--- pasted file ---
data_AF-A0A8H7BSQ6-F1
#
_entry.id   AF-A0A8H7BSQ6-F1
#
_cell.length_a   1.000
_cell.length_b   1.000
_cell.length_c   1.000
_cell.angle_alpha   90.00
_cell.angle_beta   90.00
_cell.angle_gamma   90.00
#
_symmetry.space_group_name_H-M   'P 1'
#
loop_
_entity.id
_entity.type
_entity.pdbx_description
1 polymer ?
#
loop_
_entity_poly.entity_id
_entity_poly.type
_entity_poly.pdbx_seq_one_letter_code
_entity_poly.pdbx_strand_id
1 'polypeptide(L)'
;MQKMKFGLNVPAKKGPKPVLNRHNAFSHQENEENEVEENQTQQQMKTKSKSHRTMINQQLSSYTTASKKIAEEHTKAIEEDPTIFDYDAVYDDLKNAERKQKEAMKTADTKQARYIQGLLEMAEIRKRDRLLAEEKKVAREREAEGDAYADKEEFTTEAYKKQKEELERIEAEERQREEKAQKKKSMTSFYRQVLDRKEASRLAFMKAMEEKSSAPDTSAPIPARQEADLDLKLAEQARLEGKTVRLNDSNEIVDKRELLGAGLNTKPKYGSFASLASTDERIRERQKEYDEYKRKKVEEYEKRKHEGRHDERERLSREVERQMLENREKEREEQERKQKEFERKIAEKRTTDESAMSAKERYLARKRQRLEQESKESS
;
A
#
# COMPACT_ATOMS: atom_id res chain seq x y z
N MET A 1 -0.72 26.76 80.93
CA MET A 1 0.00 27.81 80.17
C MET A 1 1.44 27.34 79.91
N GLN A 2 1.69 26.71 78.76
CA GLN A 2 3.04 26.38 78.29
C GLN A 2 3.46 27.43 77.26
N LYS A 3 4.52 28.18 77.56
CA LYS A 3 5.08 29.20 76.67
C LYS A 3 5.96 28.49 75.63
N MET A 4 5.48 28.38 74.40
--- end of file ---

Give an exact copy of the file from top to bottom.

data_AF-A0A8H7BSQ6-F1
#
_entry.id   AF-A0A8H7BSQ6-F1
#
_cell.length_a   1.000
_cell.length_b   1.000
_cell.length_c   1.000
_cell.angle_alpha   90.00
_cell.angle_beta   90.00
_cell.angle_gamma   90.00
#
_symmetry.space_group_name_H-M   'P 1'
#
loop_
_entity.id
_entity.type
_entity.pdbx_description
1 polymer ?
#
loop_
_entity_poly.entity_id
_entity_poly.type
_entity_poly.pdbx_seq_one_letter_code
_entity_poly.pdbx_strand_id
1 'polypeptide(L)'
;MQKMKFGLNVPAKKGPKPVLNRHNAFSHQENEENEVEENQTQQQMKTKSKSHRTMINQQLSSYTTASKKIAEEHTKAIEEDPTIFDYDAVYDDLKNAERKQKEAMKTADTKQARYIQGLLEMAEIRKRDRLLAEEKKVAREREAEGDAYADKEEFTTEAYKKQKEELERIEAEERQREEKAQKKKSMTSFYRQVLDRKEASRLAFMKAMEEKSSAPDTSAPIPARQEADLDLKLAEQARLEGKTVRLNDSNEIVDKRELLGAGLNTKPKYGSFASLASTDERIRERQKEYDEYKRKKVEEYEKRKHEGRHDERERLSREVERQMLENREKEREEQERKQKEFERKIAEKRTTDESAMSAKERYLARKRQRLEQESKESS
;
A
#
# COMPACT_ATOMS: atom_id res chain seq x y z
N MET A 1 -0.72 26.76 80.93
CA MET A 1 0.00 27.81 80.17
C MET A 1 1.44 27.34 79.91
N GLN A 2 1.69 26.71 78.76
CA GLN A 2 3.04 26.38 78.29
C GLN A 2 3.46 27.43 77.26
N LYS A 3 4.52 28.18 77.56
CA LYS A 3 5.08 29.20 76.67
C LYS A 3 5.96 28.49 75.63
N MET A 4 5.48 28.38 74.40